Finley, meanwhile, finished the ‘02 season with the Cardinals, before retiring.
D-Lowe has been a pleasant surprise for the Tribe.
*This trade was made during the 2011 offseason, when Chris Antonetti was already in the midst of his second offseason as Tribe GM. When Shapiro became Team President following the 2010 season, he named Antonetti (his former assistant) as his successor. It’s not a reach to say that any of Antonetti’s moves are heavily influenced by his former mentor.
Immediately after the 2011 season, the Indians entered the offseason with major uncertainty in the starting rotation. Cleveland already knew it would have to go all of 2012 without Carlos Carrasco, who underwent Tommy John surgery during the 2011 season. The shaky performance of Ubaldo Jimenez during the ’11 stretch run and identity crisis surrounding Roberto Hernandez only exacerbated the rotation’s instability.
In order to address this need, Antonetti moved quickly to trade for veteran Braves starter Derek Lowe. Lowe was thrown under the bus for Atlanta’s September collapse in 2011 and written off by many (myself included) as over the hill.
Thus far in 2012, Lowe has proven his detractors wrong, turning in a quality start in six of the seven games he’s pitched. His experience and durability make him the undisputed leader on a relatively young Cleveland pitching staff.
What makes this trade especially valuable for the Tribe is that Atlanta agreed to eat two-thirds of Lowe’s $15 million salary for 2012, while the Indians only had to give up Single-A prospect Chris Jones in exchange. Jones is currently at AA Mississippi.
"Pure Rage" pitches with plenty of fire and emotion.
Mark DeRosa, or “the Beardless Casey Blake,” was brought in to be the Tribe’s everyday third baseman in 2009. While he did an admirable job in his half season in Cleveland, the Indians fell flat and initiated their second rebuild of the last decade.
DeRosa was dealt to the Cardinals for reliever Chris Perez. Although the Indians already had the grossly overpaid, infuriatingly ineffective Kerry Wood at closer, they eventually moved Perez into the role after dealing Wood to the Yankees in 2010.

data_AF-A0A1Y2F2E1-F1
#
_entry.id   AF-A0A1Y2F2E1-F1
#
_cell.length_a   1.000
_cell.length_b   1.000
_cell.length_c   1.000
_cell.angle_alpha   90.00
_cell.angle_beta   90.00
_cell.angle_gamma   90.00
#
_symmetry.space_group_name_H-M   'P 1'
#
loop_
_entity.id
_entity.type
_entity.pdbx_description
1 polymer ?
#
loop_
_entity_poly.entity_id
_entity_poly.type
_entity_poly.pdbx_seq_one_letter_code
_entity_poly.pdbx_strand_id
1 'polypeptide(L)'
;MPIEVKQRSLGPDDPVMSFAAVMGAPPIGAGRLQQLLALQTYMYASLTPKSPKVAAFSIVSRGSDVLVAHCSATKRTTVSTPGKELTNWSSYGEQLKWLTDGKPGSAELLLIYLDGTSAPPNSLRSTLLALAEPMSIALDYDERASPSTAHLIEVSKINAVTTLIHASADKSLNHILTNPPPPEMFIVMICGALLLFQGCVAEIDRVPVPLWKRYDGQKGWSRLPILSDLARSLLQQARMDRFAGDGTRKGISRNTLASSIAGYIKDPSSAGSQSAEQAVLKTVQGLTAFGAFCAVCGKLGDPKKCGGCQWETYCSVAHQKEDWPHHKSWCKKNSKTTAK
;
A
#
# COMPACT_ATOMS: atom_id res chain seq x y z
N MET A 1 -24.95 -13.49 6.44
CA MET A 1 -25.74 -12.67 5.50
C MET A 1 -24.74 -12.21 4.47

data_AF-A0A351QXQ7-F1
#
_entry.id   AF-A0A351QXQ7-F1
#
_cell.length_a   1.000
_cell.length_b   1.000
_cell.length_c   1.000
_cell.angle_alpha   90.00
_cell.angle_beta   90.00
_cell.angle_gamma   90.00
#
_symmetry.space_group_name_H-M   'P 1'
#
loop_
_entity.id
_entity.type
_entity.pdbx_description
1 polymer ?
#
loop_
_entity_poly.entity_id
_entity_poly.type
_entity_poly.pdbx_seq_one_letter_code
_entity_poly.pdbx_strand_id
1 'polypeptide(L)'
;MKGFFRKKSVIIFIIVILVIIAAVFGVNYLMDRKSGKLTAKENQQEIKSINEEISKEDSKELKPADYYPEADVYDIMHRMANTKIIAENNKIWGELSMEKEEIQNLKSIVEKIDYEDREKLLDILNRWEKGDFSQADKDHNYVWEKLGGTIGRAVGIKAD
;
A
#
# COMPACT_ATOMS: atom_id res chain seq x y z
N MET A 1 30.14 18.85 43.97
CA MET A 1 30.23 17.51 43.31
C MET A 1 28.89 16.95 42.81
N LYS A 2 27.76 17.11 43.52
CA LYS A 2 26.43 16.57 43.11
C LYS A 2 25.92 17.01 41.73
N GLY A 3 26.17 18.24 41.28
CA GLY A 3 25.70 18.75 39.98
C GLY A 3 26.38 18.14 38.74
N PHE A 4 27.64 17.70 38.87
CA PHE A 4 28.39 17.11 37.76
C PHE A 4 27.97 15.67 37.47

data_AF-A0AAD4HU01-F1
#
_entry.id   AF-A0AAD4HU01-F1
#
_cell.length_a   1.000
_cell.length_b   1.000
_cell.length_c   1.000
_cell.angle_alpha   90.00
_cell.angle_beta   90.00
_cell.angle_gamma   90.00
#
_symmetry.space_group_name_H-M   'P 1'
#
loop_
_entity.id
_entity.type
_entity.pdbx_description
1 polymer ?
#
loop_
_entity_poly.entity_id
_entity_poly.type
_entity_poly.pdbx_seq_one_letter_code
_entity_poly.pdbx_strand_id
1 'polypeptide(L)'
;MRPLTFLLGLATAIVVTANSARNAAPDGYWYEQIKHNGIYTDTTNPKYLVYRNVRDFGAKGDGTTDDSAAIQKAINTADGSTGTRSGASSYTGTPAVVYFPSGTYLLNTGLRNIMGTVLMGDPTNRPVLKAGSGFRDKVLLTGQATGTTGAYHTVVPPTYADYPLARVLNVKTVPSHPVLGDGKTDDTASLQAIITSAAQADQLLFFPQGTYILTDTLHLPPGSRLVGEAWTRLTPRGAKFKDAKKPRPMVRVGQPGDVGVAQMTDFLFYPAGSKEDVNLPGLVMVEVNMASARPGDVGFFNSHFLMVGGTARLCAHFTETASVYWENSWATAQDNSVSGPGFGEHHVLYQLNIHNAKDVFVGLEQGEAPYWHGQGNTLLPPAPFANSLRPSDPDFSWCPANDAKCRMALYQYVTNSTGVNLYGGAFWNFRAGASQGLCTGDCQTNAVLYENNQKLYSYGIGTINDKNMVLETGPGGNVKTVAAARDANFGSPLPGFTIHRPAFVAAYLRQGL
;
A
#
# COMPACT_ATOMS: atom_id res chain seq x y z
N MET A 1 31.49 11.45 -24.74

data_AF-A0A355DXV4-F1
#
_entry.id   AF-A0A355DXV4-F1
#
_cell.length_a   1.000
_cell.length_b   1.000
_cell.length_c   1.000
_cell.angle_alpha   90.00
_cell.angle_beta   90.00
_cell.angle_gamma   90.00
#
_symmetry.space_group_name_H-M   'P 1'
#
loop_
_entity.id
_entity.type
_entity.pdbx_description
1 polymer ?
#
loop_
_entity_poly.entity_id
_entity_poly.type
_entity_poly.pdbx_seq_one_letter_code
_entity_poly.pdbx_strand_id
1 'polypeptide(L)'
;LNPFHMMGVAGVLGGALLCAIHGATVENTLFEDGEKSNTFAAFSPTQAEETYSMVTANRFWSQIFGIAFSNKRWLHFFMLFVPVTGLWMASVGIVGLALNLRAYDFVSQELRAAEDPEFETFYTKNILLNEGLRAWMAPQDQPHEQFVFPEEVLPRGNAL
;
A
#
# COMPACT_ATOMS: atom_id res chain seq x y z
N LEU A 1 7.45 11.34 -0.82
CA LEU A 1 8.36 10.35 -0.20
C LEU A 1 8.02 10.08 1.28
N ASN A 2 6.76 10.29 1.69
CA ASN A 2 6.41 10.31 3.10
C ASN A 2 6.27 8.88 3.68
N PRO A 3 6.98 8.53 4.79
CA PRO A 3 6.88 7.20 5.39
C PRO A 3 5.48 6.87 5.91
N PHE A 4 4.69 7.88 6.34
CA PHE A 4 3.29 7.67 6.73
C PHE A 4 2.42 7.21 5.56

Since assuming the closer’s role, Perez has converted 87 percent of his save opportunities (71-of-82), and made the All-Star team in 2011. As the stopper in the Tribe’s “Bullpen Mafia,” Perez’s fiery personality has endeared him to both teammates and fans, even if his 9th-inning antics can be stressful at times.
Hafner is still an important piece of Cleveland's lineup.
The Indians were in a difficult position during the 2002 offseason following the departure of one of the most popular players in franchise history. After Jim Thome signed with the Phillies, Shapiro dealt SP Ryan Drese and catcher Einar Diaz to Texas for 1B/DH Travis Hafner.
The trade turned out to be a huge steal for Cleveland. From 2004-2007, Hafner averaged 32 HR and 109 RBI, forming a formidable heart of the Tribe order along with catcher Victor Martinez.
For his first five years in Cleveland, Hafner helped compensate for some of the offensive production and emotional sting felt by the loss of Thome. While his power production has taken a precipitous dive in the last five years, Hafner is still a productive hitter when healthy.
Drese had one good season pitching for the Rangers in 2004, before being traded to the Nationals. Diaz bounced around with four teams over the next four seasons. Both were out of baseball by 2007.
Carlos is one of the league's best young catchers.
The square-chinned Casey Blake was a true “grinder” of a ball player: not overly athletic, mediocre in the field, and streaky at the plate. He was the kind of player you could love one minute and hate the next.